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Humanitarian encourages students to get involved

April 2, 2012 : By Bethany Pico/Liberty University News Service

View Monday's convocation on Liberty's YouTube channel.

Naomi Zacharias, director of Wellspring International, told Liberty University students in Monday’s convocation how the Lord gave her a passion for helping women and children with humanitarian aid.

“Each one of us has a unique calling, a mission field that is made up of people that are around us. We are a player in the larger world in the community we are a part of,” Zacharias said.

After graduating from Wheaton College, Zacharias worked for Coca-Cola in her hometown of Atlanta, Ga. She realized quickly that working in sales often left her unhappy and stressed.

As a result, she decided to work for her father in Ravi Zacharias International Ministries (RZIM). Dr. Ravi Zacharias is a well-known speaker and author. During this time she took an internship at the White House in the Office of Public Liaison.

From hearing several briefings in the White House about international women and children’s rights issues, Zacharias knew she wanted to “be a voice for the women that didn’t have a voice.” With this desire, Wellspring International was born.

The organization is an extension of RZIM and is devoted to providing financial grants to international efforts working with at-risk women and children.

Naomi Zacharias signs copies of her book, "The Scent of Water: Grace for Every Kind of Broken," released by Zondervan in March 2011.

Zacharias shared several stories about traveling to red light districts throughout the world and learning about the difficult issues that involve the atrocities of human trafficking, prostitution, abortion and pornography.

“It was something about being around brokenness that kind of felt like home. It got me out of my comfort zone and out of my own world and look beyond, into someone else’s life.”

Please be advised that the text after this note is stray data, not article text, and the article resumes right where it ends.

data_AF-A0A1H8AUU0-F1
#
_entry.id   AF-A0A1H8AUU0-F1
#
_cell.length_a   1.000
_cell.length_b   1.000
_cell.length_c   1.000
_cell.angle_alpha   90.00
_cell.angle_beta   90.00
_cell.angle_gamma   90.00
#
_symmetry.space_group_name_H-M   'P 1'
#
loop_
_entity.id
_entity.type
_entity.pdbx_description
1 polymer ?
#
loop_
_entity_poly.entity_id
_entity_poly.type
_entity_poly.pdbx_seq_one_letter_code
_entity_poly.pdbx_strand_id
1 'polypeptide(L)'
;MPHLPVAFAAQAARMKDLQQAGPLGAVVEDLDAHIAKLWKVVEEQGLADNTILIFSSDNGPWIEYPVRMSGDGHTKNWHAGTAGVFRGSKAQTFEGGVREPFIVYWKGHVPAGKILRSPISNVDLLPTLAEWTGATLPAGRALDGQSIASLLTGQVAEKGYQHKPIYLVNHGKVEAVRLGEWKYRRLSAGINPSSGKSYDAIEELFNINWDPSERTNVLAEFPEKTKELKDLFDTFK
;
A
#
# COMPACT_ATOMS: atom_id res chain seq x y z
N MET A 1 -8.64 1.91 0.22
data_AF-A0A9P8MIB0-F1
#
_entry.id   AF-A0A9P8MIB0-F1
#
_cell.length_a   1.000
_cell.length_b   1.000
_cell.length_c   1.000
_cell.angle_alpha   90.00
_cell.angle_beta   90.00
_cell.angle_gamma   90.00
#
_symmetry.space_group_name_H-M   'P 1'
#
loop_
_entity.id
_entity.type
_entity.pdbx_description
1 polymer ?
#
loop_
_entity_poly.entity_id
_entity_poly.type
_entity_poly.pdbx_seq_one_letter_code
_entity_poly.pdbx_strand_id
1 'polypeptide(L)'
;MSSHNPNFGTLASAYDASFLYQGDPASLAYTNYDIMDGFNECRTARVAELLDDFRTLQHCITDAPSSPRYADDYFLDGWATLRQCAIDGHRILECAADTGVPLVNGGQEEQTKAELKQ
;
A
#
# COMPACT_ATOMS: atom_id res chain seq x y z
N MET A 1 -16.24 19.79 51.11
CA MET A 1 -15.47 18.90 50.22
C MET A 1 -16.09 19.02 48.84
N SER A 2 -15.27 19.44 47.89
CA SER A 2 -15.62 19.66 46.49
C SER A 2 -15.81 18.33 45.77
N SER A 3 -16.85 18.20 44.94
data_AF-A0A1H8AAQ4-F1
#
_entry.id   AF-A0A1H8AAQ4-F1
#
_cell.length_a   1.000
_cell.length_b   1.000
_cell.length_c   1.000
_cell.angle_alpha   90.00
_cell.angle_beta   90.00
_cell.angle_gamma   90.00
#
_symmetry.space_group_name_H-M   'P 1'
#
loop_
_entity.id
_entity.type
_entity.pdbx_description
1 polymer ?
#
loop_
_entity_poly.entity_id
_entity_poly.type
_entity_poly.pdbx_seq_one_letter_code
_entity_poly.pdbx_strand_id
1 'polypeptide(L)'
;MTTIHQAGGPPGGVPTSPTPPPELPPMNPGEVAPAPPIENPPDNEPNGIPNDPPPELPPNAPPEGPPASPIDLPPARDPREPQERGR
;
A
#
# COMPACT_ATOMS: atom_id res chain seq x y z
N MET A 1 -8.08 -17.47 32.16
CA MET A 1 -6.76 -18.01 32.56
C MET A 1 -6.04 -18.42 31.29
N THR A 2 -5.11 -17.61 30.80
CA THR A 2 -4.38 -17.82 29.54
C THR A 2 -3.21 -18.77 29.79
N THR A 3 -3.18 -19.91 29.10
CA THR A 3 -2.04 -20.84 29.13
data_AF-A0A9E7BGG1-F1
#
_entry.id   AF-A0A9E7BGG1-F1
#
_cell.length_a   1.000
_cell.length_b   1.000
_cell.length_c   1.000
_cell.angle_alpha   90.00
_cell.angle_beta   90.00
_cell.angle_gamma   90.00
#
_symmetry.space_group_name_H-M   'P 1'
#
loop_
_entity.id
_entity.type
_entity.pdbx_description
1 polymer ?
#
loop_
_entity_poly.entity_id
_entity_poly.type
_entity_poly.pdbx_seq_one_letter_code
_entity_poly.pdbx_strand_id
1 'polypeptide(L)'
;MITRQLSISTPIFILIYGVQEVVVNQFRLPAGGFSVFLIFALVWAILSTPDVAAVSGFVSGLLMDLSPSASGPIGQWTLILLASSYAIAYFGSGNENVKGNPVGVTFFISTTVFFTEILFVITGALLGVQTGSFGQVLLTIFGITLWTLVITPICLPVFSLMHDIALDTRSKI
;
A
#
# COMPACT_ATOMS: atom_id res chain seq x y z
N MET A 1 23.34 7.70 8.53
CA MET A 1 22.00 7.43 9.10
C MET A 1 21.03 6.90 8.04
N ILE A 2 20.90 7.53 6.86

She said when she started working in this field she learned that because of the magnitude of the issue, it is easy to get overwhelmed and discouraged.

“You have to look at this as a human being and as a life you are able to change matters. I genuinely feel that way. If everything we did helped one girl leave this lifestyle, then it would be worth it to me,” Zacharias said. “We have to change our definition of success. None of these things are quick fixes. We are entering a journey when you get involved in this humanitarian issue.”

Zacharias encouraged students to trust their God-given ambitions, interests and gifts for “kingdom work” that God has planned for their specific, purposeful calling, whether it entails working for a ministry or in a secular environment.

“When we look back and see the threads weaved together, our career paths, our personal stories filled with setbacks and losses, I think we will see clear demonstrations of our plan and master sculptor,” Zacharias said.

Alexander Sawyer, a junior studying worship ministry, said he appreciated the insight from Zacharias.

“I enjoyed how she defined kingdom work as something all Christians are involved in regardless of job or location. We often misuse the word ‘ministry’ whether or not we have a job in the church,” Sawyer said.